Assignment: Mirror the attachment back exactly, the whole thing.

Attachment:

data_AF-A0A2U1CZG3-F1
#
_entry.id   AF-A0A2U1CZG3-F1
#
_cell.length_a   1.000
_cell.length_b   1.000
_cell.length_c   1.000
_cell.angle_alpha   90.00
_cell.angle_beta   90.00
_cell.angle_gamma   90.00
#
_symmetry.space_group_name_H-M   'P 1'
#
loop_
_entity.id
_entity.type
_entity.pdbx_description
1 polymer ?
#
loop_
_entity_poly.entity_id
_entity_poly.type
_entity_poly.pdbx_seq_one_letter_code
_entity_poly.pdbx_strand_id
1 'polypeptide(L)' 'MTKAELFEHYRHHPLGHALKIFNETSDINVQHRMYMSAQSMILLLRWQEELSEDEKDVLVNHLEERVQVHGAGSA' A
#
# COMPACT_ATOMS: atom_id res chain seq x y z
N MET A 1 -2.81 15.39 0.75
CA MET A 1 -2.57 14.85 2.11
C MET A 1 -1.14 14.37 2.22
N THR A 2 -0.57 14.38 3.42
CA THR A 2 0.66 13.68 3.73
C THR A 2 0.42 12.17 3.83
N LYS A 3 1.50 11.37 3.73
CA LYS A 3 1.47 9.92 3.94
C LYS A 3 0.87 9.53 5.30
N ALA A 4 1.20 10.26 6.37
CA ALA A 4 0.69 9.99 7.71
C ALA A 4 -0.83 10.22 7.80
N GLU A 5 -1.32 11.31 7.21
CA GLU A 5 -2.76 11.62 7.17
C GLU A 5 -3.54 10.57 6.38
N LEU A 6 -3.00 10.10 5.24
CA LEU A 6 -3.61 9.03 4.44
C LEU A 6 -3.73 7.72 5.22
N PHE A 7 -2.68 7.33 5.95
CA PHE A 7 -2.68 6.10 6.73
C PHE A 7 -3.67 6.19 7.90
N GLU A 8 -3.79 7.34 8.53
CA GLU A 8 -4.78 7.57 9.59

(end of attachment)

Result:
data_AF-A0A2U1CZG3-F1
#
_entry.id   AF-A0A2U1CZG3-F1
#
_cell.length_a   1.000
_cell.length_b   1.000
_cell.length_c   1.000
_cell.angle_alpha   90.00
_cell.angle_beta   90.00
_cell.angle_gamma   90.00
#
_symmetry.space_group_name_H-M   'P 1'
#
loop_
_entity.id
_entity.type
_entity.pdbx_description
1 polymer ?
#
loop_
_entity_poly.entity_id
_entity_poly.type
_entity_poly.pdbx_seq_one_letter_code
_entity_poly.pdbx_strand_id
1 'polypeptide(L)' 'MTKAELFEHYRHHPLGHALKIFNETSDINVQHRMYMSAQSMILLLRWQEELSEDEKDVLVNHLEERVQVHGAGSA' A
#
# COMPACT_ATOMS: atom_id res chain seq x y z
N MET A 1 -2.81 15.39 0.75
CA MET A 1 -2.57 14.85 2.11
C MET A 1 -1.14 14.37 2.22
N THR A 2 -0.57 14.38 3.42
CA THR A 2 0.66 13.68 3.73
C THR A 2 0.42 12.17 3.83
N LYS A 3 1.50 11.37 3.73
CA LYS A 3 1.47 9.92 3.94
C LYS A 3 0.87 9.53 5.30
N ALA A 4 1.20 10.26 6.37
CA ALA A 4 0.69 9.99 7.71
C ALA A 4 -0.83 10.22 7.80
N GLU A 5 -1.32 11.31 7.21
CA GLU A 5 -2.76 11.62 7.17
C GLU A 5 -3.54 10.57 6.38
N LEU A 6 -3.00 10.10 5.24
CA LEU A 6 -3.61 9.03 4.44
C LEU A 6 -3.73 7.72 5.22
N PHE A 7 -2.68 7.33 5.95
CA PHE A 7 -2.68 6.10 6.73
C PHE A 7 -3.67 6.19 7.90
N GLU A 8 -3.79 7.34 8.53
CA GLU A 8 -4.78 7.57 9.59